In the past most of my columns have bordered on levity, (I call it Serio-comedic). Here I am about to wax philosophical. Now and then I find the need to get serious, primarily because since my retirement many years ago, much has changed. It's not that we worry about getting older - it's the occasional anguish that we won't.It's the worry, my troubled state of mind, to which I have misgivings. It got me to thinking of how we torment ourselves because we are inclined to commiserate over the many things we cannot resolve or alter. The greatest mistake we can make is to worry that we'll make one.

We must try to set aside the trivial uncertainties. Agonizing about tomorrow will surely diminish today's vigor.

Tomorrow only brings more political bull. It makes you grateful only one candidate can be elected president. When you make your choice, vote for the one who you think "will do the least harm."

I try not to vote "for;" I vote "against."

If you are retired or contemplating early retirement, try to enjoy the so-called Golden Years. If you don't, what are you going to have to be nostalgic about in 2020?

The tide will turn. Never worry when it goes out; it always comes back. I started at the top and now I'm working my way down.

Retirement age doesn't inevitably mean "it's one foot in the grave," however it does necessitate countless adjustments. When little blunders, memory lapses, and sporadic misunderstandings occur, we tend to blame our age. It's just that some of that old "getup-and-go"...did! We're only as old as we feel. Ain't that a damn shame?

It seems some of us stop growing at both ends and at our age start growing down the middle.

I am certainly forgetful at times, and I do worry about that, but then I forget about it. I thought I found a cure - then I forgot that, too.

Let me put it this way: When I was a kid I could remember anything whether it happened or not.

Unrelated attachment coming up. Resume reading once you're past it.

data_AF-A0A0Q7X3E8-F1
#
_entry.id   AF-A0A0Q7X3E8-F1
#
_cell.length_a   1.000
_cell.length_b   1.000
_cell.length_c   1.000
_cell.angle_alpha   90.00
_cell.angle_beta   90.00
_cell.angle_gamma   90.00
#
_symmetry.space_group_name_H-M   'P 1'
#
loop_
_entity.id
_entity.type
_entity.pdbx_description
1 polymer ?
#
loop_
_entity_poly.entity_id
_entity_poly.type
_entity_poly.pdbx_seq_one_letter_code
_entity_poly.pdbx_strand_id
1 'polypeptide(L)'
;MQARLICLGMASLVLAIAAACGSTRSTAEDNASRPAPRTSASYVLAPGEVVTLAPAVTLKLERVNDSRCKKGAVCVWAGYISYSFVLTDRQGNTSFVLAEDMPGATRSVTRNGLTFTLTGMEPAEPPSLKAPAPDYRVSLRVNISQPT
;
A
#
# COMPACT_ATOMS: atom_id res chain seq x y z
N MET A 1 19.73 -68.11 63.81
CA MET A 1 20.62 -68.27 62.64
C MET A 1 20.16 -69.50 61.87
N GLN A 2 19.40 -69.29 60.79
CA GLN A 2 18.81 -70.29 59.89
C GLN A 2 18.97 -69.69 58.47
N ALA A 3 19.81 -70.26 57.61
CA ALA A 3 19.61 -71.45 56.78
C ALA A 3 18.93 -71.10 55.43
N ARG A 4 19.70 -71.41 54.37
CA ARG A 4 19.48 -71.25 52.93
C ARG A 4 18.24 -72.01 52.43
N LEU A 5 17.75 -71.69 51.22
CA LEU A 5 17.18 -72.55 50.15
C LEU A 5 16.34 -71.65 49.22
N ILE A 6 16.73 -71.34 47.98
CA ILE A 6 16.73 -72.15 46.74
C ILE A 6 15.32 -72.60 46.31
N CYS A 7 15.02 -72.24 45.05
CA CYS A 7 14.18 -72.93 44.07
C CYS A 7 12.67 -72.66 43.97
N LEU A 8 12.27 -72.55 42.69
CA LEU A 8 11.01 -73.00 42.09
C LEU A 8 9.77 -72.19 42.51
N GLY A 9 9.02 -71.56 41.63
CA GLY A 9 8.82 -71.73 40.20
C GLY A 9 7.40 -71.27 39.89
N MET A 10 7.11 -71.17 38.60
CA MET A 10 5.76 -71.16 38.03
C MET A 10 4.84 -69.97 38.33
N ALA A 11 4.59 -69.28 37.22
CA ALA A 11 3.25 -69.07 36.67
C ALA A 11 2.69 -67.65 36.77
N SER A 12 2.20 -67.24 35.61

Today that ability doesn't exist. I cannot remember anything but the things that never happened.

It's a sad state going to pieces like that, but we all have to do it.

Sometimes I get to thinking that life is just a matter of luck. If I didn't have some bad luck, I'd have no luck at all.

Talk about luck? It's unfair. All the rich people have all the money. But when you get right down to it, rich people are just poor people with money.

If I persist in being a continual worry wart, I wouldn't be so worried. I pursue one of my hobbies (writing is one of them, plus drawing.). It gives me something to do while I fret and have qualms. Before long I commence to think positive.

Get a hobby. The best thing about a hobby is that it keeps you occupied while you're worrying. They can be fun, especially if your wife doesn't find out. I wish I had as much fun in my pastime diversion as my wife thinks I do.

We all know life is temporary. Life is what we make it, (until somebody makes it worse).

I laugh at myself once in a while. I might as well. Everyone else does.

We shouldn't get too uptight about world problems at our age, we are not young enough to know everything. Even teenagers don't have all the answers.

Consider this: The older you get, the greater you were!

Are you sure? "I'm positive!"

Only a fool is positive! "Are you sure?"

I'm positive! As Napoleon said after drowning his troubles at Waterloo, "Non pas que tracasser." "What, me worry?" (He really did!)

I'll end this bit of non sequitur (not more French?) by borrowing a good old Pennsylvania Dutch admonition. "As you slide down the banister of life, may the splinters point the wrong way!"

I can sympathize with everything except suffering.

Here I want to be the writer that says nothing at the right time.

Email Charlie Adams Jr. at

LST281@AOL.COM.

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